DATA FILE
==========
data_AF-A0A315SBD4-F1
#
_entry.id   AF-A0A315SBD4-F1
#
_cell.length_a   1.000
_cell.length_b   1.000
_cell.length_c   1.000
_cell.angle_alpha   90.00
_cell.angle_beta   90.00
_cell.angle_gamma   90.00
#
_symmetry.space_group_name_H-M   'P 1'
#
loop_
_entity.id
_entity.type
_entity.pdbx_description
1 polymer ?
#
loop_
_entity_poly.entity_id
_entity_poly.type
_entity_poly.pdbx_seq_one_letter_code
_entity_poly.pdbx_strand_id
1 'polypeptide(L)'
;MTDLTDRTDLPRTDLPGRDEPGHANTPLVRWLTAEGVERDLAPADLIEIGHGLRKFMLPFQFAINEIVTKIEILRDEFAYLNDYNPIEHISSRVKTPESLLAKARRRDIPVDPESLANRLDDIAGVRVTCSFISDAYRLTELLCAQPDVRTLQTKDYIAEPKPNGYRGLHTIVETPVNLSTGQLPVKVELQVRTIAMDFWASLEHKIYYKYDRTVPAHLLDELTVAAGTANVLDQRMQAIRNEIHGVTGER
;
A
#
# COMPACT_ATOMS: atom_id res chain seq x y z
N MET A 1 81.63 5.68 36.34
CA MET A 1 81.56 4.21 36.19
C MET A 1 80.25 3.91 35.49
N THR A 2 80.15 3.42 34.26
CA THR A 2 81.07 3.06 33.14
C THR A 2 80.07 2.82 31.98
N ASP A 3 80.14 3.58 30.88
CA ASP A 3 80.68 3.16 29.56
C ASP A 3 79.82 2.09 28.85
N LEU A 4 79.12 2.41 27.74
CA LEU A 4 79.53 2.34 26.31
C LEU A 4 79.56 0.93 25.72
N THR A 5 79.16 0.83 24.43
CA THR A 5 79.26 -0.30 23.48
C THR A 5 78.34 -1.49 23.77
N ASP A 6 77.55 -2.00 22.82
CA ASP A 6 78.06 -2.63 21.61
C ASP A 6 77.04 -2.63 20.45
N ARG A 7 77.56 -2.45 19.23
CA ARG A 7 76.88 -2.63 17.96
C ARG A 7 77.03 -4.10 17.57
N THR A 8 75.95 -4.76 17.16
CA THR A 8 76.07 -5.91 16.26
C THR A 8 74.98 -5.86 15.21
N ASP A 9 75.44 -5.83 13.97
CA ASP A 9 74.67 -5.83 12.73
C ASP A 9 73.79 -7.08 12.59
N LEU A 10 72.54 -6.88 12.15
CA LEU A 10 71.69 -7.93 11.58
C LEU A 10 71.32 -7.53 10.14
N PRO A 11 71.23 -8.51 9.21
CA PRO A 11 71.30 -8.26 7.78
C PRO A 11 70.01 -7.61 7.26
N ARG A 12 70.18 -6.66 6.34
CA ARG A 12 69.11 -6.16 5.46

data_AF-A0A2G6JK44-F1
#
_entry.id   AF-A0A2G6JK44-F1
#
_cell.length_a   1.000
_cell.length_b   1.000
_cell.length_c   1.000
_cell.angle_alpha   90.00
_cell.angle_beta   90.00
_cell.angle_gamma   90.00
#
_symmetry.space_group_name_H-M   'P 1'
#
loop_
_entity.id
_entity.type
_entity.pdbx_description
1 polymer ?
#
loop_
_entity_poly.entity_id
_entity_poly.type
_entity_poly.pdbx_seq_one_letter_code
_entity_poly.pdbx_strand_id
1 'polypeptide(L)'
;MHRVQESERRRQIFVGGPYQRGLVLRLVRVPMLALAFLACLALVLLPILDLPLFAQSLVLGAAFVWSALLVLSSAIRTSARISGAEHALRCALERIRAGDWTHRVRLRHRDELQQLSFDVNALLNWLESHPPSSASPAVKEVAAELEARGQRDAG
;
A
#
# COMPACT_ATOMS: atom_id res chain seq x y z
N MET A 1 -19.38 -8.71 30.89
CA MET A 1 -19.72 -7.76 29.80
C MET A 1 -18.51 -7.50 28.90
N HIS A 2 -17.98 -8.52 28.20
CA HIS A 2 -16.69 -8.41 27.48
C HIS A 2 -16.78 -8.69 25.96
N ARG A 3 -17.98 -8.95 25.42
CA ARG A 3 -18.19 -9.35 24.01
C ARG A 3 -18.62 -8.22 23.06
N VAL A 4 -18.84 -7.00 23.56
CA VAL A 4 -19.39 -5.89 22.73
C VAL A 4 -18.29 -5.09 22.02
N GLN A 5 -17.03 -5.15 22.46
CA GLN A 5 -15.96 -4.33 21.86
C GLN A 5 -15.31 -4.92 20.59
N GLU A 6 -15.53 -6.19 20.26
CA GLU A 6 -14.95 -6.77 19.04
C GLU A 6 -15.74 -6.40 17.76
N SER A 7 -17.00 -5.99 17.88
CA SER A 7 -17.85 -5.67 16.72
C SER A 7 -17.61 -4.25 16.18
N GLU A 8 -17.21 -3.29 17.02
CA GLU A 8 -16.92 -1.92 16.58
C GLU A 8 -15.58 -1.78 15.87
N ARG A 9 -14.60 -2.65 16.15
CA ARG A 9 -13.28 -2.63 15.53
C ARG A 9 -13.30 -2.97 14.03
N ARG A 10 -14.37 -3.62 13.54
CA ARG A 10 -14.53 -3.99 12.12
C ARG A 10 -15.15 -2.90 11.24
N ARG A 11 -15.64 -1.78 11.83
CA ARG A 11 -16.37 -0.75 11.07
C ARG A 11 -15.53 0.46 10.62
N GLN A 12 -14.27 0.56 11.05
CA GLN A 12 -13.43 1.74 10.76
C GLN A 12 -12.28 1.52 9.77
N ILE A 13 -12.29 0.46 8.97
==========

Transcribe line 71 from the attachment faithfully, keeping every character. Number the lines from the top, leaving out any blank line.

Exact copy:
_cell.length_b   1.000